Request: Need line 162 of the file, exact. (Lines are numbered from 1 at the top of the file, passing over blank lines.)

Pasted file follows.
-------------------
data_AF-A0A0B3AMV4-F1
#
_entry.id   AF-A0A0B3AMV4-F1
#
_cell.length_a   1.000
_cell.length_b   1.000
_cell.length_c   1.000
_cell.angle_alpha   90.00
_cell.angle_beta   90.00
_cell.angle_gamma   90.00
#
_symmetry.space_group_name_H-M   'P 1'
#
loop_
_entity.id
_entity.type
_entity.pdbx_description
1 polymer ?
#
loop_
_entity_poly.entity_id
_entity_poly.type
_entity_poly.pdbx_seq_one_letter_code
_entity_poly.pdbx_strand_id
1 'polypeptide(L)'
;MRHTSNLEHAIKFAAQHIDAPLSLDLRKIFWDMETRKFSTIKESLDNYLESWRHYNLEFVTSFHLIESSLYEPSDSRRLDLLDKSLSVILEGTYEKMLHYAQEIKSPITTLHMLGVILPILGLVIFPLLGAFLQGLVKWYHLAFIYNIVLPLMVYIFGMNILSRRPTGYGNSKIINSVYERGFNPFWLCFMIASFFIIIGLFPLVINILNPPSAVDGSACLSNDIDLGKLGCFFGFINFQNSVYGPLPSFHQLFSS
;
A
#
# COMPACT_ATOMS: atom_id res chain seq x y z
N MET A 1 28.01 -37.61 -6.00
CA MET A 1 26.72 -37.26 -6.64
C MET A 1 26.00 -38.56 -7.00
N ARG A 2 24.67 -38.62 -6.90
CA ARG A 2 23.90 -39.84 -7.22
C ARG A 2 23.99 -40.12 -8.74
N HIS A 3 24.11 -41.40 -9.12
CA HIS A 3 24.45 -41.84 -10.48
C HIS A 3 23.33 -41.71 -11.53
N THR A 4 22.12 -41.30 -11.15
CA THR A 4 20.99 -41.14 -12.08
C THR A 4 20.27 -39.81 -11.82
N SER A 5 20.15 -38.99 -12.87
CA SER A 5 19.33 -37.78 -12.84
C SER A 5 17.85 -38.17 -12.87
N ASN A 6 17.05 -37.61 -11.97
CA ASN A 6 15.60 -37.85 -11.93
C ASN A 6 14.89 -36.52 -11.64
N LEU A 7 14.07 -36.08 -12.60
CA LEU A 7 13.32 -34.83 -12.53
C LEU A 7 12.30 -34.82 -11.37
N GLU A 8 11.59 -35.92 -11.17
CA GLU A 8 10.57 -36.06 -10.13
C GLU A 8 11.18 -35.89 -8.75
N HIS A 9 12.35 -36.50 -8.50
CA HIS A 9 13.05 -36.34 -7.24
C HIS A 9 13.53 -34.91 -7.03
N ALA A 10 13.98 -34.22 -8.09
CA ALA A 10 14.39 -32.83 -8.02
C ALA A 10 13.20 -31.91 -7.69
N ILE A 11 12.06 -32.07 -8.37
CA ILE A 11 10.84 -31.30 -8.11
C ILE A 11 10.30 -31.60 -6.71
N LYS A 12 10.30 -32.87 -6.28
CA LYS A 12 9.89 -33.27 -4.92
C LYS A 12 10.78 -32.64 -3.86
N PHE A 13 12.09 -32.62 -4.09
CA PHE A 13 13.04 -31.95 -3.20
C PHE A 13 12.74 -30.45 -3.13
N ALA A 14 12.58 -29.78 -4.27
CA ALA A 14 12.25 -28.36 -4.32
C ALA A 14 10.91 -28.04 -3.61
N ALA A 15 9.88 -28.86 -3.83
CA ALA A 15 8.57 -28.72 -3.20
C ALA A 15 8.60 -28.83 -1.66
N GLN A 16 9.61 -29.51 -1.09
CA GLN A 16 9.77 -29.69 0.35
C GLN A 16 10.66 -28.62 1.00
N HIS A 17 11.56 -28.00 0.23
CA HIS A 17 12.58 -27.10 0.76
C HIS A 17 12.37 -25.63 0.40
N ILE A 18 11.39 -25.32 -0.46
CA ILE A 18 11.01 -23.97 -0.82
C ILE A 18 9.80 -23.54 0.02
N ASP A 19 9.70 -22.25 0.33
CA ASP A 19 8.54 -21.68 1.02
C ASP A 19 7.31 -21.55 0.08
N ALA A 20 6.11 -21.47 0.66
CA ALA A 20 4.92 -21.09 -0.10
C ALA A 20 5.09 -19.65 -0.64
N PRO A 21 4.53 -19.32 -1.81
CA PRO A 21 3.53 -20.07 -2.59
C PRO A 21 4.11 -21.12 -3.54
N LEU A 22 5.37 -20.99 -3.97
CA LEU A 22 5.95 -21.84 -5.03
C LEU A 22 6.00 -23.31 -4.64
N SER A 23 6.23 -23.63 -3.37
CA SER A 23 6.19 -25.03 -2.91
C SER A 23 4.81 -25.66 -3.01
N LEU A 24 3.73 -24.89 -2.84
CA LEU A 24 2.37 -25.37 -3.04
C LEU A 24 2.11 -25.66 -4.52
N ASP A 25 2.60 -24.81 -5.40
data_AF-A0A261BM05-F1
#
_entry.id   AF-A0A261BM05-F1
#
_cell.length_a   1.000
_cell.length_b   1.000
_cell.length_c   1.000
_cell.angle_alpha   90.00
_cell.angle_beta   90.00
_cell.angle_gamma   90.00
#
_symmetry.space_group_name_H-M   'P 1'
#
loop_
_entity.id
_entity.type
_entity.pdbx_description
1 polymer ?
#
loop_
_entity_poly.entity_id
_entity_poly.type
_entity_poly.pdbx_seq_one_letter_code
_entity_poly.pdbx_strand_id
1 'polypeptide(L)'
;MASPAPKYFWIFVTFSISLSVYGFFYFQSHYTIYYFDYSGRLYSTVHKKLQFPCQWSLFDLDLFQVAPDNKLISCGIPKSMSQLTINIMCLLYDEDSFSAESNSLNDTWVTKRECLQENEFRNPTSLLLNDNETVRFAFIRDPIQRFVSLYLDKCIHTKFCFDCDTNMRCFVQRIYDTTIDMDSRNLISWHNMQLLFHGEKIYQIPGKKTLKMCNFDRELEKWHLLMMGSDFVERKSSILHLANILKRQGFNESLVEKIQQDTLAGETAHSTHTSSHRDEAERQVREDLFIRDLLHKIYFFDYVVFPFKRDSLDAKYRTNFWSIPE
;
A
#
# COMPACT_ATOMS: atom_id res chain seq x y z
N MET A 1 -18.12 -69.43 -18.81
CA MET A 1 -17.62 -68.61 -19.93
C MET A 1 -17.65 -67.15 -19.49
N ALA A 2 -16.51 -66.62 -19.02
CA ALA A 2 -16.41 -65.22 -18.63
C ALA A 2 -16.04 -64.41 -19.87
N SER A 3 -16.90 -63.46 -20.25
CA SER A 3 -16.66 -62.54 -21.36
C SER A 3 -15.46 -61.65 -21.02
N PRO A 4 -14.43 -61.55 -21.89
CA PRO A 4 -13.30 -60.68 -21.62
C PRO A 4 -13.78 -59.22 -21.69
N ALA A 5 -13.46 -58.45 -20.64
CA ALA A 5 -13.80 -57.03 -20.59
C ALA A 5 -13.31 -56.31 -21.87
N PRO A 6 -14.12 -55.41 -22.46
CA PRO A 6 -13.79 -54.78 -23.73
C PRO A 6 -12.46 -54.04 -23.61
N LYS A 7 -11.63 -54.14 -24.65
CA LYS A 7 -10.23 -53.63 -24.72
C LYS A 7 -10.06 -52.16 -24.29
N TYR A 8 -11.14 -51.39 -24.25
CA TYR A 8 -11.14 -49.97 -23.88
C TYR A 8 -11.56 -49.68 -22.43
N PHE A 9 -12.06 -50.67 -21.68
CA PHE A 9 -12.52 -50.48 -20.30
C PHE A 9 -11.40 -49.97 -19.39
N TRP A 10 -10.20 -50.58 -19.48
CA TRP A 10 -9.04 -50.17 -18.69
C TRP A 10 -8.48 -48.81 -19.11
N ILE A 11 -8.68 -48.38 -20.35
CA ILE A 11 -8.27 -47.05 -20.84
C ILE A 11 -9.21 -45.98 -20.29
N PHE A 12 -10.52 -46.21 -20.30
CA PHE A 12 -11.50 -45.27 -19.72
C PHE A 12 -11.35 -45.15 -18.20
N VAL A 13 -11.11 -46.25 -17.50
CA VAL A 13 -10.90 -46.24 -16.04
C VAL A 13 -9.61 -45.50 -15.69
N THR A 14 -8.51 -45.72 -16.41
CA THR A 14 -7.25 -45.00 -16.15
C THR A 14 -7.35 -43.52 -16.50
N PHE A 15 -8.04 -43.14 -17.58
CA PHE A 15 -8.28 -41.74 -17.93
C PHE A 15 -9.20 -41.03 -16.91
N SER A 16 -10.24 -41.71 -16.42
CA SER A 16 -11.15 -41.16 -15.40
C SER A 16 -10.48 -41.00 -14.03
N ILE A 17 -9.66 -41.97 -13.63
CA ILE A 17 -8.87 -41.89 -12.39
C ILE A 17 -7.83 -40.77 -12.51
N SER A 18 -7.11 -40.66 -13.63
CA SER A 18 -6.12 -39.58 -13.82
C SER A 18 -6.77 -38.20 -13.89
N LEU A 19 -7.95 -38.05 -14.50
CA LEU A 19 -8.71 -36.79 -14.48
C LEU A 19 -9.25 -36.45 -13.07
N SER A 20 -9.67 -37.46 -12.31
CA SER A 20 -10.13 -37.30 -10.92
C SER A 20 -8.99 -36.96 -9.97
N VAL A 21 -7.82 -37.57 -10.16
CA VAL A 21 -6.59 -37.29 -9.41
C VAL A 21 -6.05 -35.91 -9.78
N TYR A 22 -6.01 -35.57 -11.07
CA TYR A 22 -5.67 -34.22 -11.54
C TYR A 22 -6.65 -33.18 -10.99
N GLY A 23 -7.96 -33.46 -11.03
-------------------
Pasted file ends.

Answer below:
CA TRP A 10 -9.04 -50.17 -18.69